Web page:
Pipe sections for the Trans Mountain pipeline are unloaded in Edson, Alta., Tuesday, June 18, 2019. North America’s polarizing pipeline battles have seen many venues — from the Prime Minister’s Office and the U.S. State Department to the windswept plains of Nebraska and Minnesota to judge’s chambers on both sides of the Canada-U.S. border. THE CANADIAN PRESS/Jason Franson

Pipe sections for the Trans Mountain pipeline are unloaded in Edson, Alta., Tuesday, June 18, 2019. North America’s polarizing pipeline battles have seen many venues — from the Prime Minister’s Office and the U.S. State Department to the windswept plains of Nebraska and Minnesota to judge’s chambers on both sides of the Canada-U.S. border. THE CANADIAN PRESS/Jason Franson

Look to next-gen oil and gas leaders to end North America’s energy stalemate: experts

The irreconcilable differences are rooted in the regional nature of the energy industry in both countries

North America’s polarizing pipeline battles have seen many venues — from the Prime Minister’s Office and the U.S. State Department to the windswept plains of Nebraska and Minnesota to judge’s chambers on both sides of the Canada-U.S. border.

The irreconcilable differences are rooted in the regional nature of the energy industry in both countries, experts say, with climate-change hardliners on one side and oil-and-gas traditionalists on the other.

The solution, when it does come, will likely be not from the courtroom, but the classrooms producing the energy sector’s next corporate suite.

“We’ve got a very smart cohort of next-generation oil and gas leaders,” said Peter Tertzakian, an energy economist, author and adjunct business professor at the University of Calgary.

“This very smart and energetic cohort is also very frustrated, if not confused, because of all of the negative stigma around the business.”

As young people with a bred-in-the-bone generational concern about climate change, they’re also very motivated to find ways to confront that challenge from inside an industry long seen as its anathema.

“They’re trying to figure out everything from how to effectively pivot their organizations into that new transitional world, and how to also change some of the narratives.”

Those narratives are often deeply frustrating to people in places like Alberta and Texas, where the fossil-fuel industry has been part of daily life for most of the last 150 years.

But because pipelines, by their very nature, deliver the spoils of the Alberta oilsands to and through parts of the continent that can see little to no clear benefit, conflict is inevitable.

“You had this vast set of interest groups that lay between the resource and the market, that were basically not getting anything out of the deal,” said Andrew Leach, an energy economist who teaches at the University of Alberta in Edmonton.

“There’s no, like, shut-it-down-tomorrow view of the world in all but the fringes in Alberta, whereas outside of Alberta it’s really easy to say, ‘Yeah, just don’t do that.’”

That seems to be what’s happening in Michigan, where Gov. Gretchen Whitmer has suddenly revoked a 1953 agreement that allowed Enbridge Inc.’s Line 5 pipeline between Wisconsin and Sarnia, Ont., to move oil and gas underneath the Straits of Mackinac, an ecologically delicate section of the Great Lakes.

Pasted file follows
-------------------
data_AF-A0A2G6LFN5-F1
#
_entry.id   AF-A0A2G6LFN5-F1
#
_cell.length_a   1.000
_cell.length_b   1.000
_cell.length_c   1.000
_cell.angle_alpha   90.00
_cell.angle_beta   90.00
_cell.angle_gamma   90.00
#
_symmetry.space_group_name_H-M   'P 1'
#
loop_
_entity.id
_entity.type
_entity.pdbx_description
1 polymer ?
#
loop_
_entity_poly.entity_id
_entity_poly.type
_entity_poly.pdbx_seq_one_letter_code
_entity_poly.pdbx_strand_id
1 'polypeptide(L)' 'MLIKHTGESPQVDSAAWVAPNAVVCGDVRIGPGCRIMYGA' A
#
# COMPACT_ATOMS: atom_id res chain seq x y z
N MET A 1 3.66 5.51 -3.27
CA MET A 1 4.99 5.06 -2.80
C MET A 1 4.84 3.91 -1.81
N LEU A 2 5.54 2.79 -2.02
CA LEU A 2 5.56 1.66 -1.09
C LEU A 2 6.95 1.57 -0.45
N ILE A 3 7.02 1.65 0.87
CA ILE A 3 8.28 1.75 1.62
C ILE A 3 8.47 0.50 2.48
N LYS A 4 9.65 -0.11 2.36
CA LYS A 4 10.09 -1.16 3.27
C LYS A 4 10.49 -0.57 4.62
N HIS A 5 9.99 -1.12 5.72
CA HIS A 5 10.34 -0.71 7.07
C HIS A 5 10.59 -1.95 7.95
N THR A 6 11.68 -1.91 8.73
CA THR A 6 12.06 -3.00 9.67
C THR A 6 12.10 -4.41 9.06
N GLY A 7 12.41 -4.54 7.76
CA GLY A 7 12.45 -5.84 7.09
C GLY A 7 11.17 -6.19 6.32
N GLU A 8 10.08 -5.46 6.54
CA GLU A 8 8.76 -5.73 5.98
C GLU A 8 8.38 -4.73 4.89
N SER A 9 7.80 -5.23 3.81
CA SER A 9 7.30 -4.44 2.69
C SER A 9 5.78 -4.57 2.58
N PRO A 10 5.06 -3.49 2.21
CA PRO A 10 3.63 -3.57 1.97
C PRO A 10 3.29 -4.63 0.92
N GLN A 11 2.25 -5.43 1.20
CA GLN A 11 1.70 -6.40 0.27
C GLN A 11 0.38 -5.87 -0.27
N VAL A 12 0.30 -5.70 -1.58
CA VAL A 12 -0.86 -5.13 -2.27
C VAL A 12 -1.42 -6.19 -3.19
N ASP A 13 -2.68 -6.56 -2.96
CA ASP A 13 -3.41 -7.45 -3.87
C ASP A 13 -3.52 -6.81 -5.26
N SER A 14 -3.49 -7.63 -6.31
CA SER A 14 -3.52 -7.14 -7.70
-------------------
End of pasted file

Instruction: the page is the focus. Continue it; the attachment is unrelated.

Whitmer, a close ally of Joe Biden who was on his list of potential running mates, announced the decision less than a week after he was declared the winner of last year’s presidential election.

Two months later, Biden famously cancelled the Keystone XL pipeline expansion, which aimed to move more than 800,000 barrels a day of Alberta oilsands bitumen to refineries on the U.S. East Coast.

Shutting down Line 5 after more than 65 years would trigger a devastating energy and economic crisis in both countries, Enbridge vice-president Vern Yu told a House of Commons committee last week.

Existing domestic lines are already at or near their peak capacity, and given public attitudes towards pipelines in Canada, it would be impossible to develop an alternative line that avoids crossing the border, he added.

“Building a brand new pipeline across Canada would be as big a challenge as keeping this existing pipeline operating — in fact, it might actually even be a bigger challenge to get unanimity from Canadians to do that,” he said.

“We’ve seen multiple occasions where we can’t as a country get behind building a pipeline. So it’s important to keep the existing ones up and running.”

Line 5 isn’t the only cross-border hotspot.

In Minnesota, more than 200 people have been arrested in recent months as Indigenous protests escalate against Enbridge’s $10-billion upgrade of an existing stretch of the network, this one known as Line 3.

Protesters have been sitting in trees, shackling themselves to equipment and taking up residence inside sections of pipe, organizers say.

Then there’s Dakota Access, a 1,900-kilometre line between North Dakota and Illinois that faces a reckoning April 9. That is the court-ordered deadline for the U.S. Army Corps of Engineers to decide whether to shut down the pipeline and await a thorough environmental review.

The DAPL case is widely seen as a likely bellwether for the pipeline industry in the U.S., where both Vice-President Kamala Harris and Interior Secretary Deb Haaland, America’s first Indigenous cabinet member, support shutting it down.

“The quarrel is not with the pipeline companies, the quarrel is with the producers, and the product they produce,” Tertzakian said — a “ridiculous proposition” based on the premise that ending oil production in Canada will somehow solve the climate change problem.

Instead, the challenge going forward is to reframe the debate to focus on which companies should be the ones meeting the demand for fossil fuels, which experts say will persist for decades to come.